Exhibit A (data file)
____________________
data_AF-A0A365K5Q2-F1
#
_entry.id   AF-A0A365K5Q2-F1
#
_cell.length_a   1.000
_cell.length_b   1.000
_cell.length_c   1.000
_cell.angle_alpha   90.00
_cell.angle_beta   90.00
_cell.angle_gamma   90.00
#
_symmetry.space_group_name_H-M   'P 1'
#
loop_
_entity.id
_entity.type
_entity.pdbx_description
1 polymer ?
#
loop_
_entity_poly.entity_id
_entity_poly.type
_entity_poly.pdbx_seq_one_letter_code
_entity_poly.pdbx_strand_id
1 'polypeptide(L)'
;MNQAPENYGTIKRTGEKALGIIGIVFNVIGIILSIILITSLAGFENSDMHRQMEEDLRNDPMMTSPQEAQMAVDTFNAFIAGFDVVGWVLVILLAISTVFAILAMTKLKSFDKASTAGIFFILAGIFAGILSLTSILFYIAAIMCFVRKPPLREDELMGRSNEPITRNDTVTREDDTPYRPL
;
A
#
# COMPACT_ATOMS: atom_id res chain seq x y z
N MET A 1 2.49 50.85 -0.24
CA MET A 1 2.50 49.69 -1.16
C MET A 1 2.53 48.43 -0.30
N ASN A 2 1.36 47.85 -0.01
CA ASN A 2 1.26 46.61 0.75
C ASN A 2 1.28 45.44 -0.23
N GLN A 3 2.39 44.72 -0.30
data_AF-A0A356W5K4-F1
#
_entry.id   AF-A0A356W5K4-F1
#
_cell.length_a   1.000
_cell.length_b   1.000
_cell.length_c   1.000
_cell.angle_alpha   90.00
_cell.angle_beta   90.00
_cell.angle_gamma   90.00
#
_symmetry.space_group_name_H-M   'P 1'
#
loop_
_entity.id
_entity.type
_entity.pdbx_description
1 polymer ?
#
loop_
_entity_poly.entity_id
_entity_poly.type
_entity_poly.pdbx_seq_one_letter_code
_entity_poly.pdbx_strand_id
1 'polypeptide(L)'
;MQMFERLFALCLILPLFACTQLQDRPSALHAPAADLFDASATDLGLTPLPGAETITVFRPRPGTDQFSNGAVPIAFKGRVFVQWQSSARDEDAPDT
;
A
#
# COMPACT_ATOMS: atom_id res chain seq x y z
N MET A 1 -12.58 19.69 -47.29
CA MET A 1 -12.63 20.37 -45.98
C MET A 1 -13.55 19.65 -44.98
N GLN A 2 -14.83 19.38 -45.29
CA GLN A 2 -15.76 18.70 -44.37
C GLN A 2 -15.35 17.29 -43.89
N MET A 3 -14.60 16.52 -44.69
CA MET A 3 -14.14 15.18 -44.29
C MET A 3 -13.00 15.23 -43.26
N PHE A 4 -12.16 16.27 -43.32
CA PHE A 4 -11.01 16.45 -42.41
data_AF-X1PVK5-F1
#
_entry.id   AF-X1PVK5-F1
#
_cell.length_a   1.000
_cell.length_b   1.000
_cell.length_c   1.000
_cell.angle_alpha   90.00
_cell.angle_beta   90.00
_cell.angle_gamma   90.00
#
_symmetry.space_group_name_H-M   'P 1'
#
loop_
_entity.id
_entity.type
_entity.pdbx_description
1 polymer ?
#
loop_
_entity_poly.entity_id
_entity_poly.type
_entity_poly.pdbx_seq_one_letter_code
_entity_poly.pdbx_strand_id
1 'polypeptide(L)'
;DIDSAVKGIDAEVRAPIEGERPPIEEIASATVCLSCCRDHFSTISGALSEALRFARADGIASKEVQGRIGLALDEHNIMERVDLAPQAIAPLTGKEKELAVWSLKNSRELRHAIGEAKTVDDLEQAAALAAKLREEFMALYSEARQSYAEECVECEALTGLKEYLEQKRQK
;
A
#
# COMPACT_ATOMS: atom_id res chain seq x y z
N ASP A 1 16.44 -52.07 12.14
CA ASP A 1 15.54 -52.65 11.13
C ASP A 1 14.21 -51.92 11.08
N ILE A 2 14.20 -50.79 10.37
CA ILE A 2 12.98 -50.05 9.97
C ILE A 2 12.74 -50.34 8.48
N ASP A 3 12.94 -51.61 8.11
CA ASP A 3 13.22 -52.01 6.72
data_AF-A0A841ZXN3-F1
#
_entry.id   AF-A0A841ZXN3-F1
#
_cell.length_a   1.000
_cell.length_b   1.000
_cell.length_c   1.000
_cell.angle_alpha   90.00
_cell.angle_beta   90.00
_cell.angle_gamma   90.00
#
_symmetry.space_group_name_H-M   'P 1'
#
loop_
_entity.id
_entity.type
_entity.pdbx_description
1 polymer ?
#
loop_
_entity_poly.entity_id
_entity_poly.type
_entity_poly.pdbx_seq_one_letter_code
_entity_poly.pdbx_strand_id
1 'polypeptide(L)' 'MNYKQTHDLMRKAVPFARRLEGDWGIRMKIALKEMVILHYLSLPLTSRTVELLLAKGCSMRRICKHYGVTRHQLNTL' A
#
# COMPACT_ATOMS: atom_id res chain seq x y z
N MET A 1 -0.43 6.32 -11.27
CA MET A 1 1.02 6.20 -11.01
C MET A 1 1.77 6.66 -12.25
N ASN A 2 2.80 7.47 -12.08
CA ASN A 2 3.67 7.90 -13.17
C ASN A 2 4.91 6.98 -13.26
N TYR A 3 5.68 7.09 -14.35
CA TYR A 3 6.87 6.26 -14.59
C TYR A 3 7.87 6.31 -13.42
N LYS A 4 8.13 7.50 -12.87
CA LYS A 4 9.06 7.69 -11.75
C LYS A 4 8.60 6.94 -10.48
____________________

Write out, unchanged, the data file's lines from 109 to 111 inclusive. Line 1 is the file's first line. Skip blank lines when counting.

N ASP A 1 16.44 -52.07 12.14
CA ASP A 1 15.54 -52.65 11.13
C ASP A 1 14.21 -51.92 11.08